Cyburbian Richmond Jake's avatar
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    It's a nightmare here in my county...we oppose so many...damn cities annex in violation of state rules regularly. I really miss California and the Local Agency Formation Commissions for that reason.

  11. #11
    Mod Gedunker's avatar
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    Indiana has made annexation next-to-impossible. The regulatory process is confusing, long, and clearly beset with opportunities for communities to mis-step and have to go back to "Go" (without our $200 ).

    Like giff57, I support annexation in anticipation of immediate development, but not as a land grab. Caution should be advised as well: the cost of bringing and then delivering services to the annexation area quite possibly means the dimunition of services elsewhere.
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    Cyburbian Budgie's avatar
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    IMO, proactive annexation before land is "ripe" for development is a very poor and simplistic strategy for economic development. Questions to be asked - Is the City willing to provide public services to the annexed are prior to development? Are there areas with adequate public facilities within the city that are underutilized? Why take on more area if there are existing public investment being underused?

    If your city is annexing without redevelopment and infill, the activity center of the city can shift, which creates deteriorating existing neighborhoods and commercial areas. Economic development can be a double edged sword. Yes property values and sales tax increases, but so do the cost of public services and the damage to existing businesses (especially in a small town) can lower property values and harm the overall economic health of the city. Grow your own that way wealth stays in your community.

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    moderator in moderation Suburb Repairman's avatar
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    Quote Originally posted by H
    I know many FLA cities that seem to be annexing, just to annex...to make themselves "big". I would much rather see a unified gov't where the cities and counties can work together instead of completing against each other for "economic development"....but that might be a dream. Maybe the alt. is for the cities to annex every piece of the county, that way there is no more county to compete with and more room to work with.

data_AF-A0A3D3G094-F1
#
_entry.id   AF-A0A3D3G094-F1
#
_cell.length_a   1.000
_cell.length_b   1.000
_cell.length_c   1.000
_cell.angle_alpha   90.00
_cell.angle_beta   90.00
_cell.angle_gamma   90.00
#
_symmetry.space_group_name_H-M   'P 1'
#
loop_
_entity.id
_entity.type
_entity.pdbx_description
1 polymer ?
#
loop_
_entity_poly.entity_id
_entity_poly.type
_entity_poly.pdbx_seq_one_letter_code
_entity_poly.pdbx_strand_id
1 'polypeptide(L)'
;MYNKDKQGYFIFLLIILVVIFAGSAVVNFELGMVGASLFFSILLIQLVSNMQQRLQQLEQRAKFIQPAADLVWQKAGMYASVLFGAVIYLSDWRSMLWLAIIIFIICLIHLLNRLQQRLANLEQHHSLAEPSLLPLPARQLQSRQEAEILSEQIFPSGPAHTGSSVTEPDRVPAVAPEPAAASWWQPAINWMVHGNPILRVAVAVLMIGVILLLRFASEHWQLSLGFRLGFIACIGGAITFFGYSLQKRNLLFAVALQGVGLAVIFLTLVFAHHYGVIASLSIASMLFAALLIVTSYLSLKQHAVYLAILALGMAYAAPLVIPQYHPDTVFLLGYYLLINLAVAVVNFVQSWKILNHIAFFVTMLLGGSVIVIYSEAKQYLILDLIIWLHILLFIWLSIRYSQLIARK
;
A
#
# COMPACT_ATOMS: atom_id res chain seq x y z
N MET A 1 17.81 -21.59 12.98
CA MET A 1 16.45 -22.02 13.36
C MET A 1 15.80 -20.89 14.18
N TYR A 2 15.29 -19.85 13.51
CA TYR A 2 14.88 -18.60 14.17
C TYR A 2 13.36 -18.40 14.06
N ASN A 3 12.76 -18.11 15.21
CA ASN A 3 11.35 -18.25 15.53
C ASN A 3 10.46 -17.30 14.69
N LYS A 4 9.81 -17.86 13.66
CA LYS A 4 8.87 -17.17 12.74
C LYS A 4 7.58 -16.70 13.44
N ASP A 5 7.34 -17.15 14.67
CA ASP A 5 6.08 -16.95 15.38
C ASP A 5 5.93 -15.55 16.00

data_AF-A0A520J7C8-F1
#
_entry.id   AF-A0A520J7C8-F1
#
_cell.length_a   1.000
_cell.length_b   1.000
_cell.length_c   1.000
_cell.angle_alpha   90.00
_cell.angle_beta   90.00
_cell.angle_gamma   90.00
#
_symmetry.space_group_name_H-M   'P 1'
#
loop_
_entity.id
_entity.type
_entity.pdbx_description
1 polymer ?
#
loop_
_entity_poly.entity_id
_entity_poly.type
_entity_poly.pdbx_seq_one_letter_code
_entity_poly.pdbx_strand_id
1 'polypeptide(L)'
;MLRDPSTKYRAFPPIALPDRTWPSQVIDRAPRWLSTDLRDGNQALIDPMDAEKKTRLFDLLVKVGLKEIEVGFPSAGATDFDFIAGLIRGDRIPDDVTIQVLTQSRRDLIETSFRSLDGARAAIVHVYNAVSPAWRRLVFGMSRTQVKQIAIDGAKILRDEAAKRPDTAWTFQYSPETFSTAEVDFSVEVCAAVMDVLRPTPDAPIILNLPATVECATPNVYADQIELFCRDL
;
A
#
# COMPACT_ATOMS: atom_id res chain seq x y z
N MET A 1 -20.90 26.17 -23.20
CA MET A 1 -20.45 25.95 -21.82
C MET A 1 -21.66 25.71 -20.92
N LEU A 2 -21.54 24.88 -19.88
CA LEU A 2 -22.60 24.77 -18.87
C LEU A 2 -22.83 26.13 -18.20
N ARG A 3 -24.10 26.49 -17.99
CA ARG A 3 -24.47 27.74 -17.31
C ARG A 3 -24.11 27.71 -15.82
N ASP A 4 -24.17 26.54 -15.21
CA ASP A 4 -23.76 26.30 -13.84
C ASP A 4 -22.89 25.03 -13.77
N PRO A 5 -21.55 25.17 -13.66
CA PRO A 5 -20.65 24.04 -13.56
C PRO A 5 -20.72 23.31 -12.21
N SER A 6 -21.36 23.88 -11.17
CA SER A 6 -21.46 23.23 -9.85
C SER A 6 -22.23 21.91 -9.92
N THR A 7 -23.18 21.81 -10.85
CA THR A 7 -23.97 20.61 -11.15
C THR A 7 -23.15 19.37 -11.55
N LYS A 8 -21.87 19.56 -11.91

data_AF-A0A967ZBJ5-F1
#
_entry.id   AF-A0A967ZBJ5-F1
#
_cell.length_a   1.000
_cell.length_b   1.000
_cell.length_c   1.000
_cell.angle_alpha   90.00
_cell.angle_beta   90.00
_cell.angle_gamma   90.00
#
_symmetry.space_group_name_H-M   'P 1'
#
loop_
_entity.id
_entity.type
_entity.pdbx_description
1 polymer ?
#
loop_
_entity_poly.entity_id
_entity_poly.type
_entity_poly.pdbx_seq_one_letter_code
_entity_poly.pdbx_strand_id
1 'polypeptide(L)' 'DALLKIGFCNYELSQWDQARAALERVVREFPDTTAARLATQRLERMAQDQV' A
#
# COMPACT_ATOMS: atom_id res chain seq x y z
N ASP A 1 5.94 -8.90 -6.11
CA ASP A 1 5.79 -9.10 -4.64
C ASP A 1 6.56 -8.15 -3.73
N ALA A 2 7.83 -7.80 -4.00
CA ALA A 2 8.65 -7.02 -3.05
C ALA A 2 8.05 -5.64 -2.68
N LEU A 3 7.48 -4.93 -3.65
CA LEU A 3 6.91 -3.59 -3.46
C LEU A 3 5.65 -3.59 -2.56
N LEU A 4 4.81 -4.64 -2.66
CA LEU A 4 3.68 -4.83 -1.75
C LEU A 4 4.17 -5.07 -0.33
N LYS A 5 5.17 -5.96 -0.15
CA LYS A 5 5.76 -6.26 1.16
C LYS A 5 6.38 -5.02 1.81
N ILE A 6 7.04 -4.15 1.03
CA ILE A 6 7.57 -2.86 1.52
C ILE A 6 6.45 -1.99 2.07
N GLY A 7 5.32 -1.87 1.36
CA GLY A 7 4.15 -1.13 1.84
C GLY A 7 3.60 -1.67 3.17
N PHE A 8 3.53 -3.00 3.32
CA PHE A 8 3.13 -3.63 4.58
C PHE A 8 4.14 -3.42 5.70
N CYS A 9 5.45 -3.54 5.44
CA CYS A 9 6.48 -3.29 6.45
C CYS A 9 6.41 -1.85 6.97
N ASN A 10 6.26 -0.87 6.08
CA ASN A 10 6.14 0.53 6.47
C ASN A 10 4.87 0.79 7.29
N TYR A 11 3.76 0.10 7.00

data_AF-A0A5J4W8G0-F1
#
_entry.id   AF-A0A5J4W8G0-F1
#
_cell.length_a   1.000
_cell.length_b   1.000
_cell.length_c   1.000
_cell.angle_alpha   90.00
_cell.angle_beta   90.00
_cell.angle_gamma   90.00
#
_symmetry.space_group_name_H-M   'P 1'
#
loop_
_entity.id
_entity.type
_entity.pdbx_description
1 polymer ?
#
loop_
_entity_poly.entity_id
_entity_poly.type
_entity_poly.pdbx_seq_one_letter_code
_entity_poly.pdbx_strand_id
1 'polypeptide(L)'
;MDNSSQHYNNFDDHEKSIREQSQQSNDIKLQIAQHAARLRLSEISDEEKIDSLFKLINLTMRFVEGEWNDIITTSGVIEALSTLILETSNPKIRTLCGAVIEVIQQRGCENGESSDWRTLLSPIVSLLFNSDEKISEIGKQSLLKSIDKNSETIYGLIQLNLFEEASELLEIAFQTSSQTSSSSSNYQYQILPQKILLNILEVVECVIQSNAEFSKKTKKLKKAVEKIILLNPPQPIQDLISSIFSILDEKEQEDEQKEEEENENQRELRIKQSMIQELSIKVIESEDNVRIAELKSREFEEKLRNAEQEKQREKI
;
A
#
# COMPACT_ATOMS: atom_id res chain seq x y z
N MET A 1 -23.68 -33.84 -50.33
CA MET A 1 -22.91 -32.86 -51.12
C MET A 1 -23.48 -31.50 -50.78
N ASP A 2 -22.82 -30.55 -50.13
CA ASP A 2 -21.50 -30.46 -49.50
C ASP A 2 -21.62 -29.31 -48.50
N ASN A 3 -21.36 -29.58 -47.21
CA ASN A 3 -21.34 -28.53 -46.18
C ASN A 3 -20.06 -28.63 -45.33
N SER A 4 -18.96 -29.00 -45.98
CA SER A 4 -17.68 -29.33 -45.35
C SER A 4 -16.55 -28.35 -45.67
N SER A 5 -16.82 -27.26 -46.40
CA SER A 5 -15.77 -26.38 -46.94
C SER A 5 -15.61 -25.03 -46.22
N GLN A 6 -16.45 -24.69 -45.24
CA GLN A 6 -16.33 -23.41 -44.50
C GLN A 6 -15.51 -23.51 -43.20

Off-Topic:
    San Antonio & Bexar County considered doing unigov several years ago, but Texas Constitution prohibits it.

    On-Topic:
    It used to be much easier to do annexations in Texas, but certain cities to the north and east of us got a little to liberal with their annexations going out to grab freeway development with weird little 30-foot-wide strips. Now we have to do these three-year studies if the area contains more than 100 occupied parcels. At the end of the three years there is a 31 day window to adopt. If you drop an area from the annexation plan or fail to annex it at the prescribed time you can't annex the parcels for as long as five years! Plus they've added a bunch of weird rules about dimensions of annexed areas that conflict with other state annexation laws. I know a lot of states have it far worse than Texas, but considering how lax the laws used to be here, it was a pretty rough change.

    Florida has some great examples of stupid annexation. I want to say its Jacksonville that has the second largest incorporated area at around 1000 square miles

    "Oh, that is all well and good, but, voice or no voice, the people can always be brought to the bidding of the leaders. That is easy. All you have to do is tell them they are being attacked and denounce the pacifists for lack of patriotism and exposing the country to danger. It works the same way in any country."

    - Herman Göring at the Nuremburg trials (thoughts on democracy)

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    Cyburbian mgk920's avatar
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    Quote Originally posted by the north omaha star
    Nebraska has very laxed annexation laws. The land to be annexed only needs to be unincorporated, less than 10,000 folks and a couple of other stipulations. With that being said, Omaha has been gobbling up land left and right. Soon, Omaha and Lincoln (used to be 60 miles away) will touch.

    Some development have gotten smart. They have developed Sanitation Improvement Districts (SIDs) to prevent from being annexed into the city. The subdivision pays for its own utilities hookup including water and sewer. Somehow they have able to avoid being annexed. I'm not sure what the legal ins and outs are.

    Some cities like Baltimore and St. Louis can't annex at all. It's killing them, because of the declining tax base, poor school system, you know the usual.
    Didn't Nebraska make it illegal for a city to cross into a new county back in the 1980s? Maybe that law was repealed.

    I agree that no annexation is far worse that unimpeded annexation. IMHO, one of the biggest drags on the statewide economies of Pennsylvania and upstate New York is the inability of their respective cities (especially the small to mid-sized ones) to annex land. They are pretty much all 'built out' and cannot do things like create new industrial parks, etc, to grow their areas' economic bases.

    Other big cities in states that allow annexation are also landlocked by incorporated suburbs and cannot annex, these include Milwaukee, Detroit, Chicago, Minneapolis, Saint Paul, and Cleveland. In the cases of Milwaukee, Detroit and maybe Cleveland, it has clearly hurt them, too.

    Mike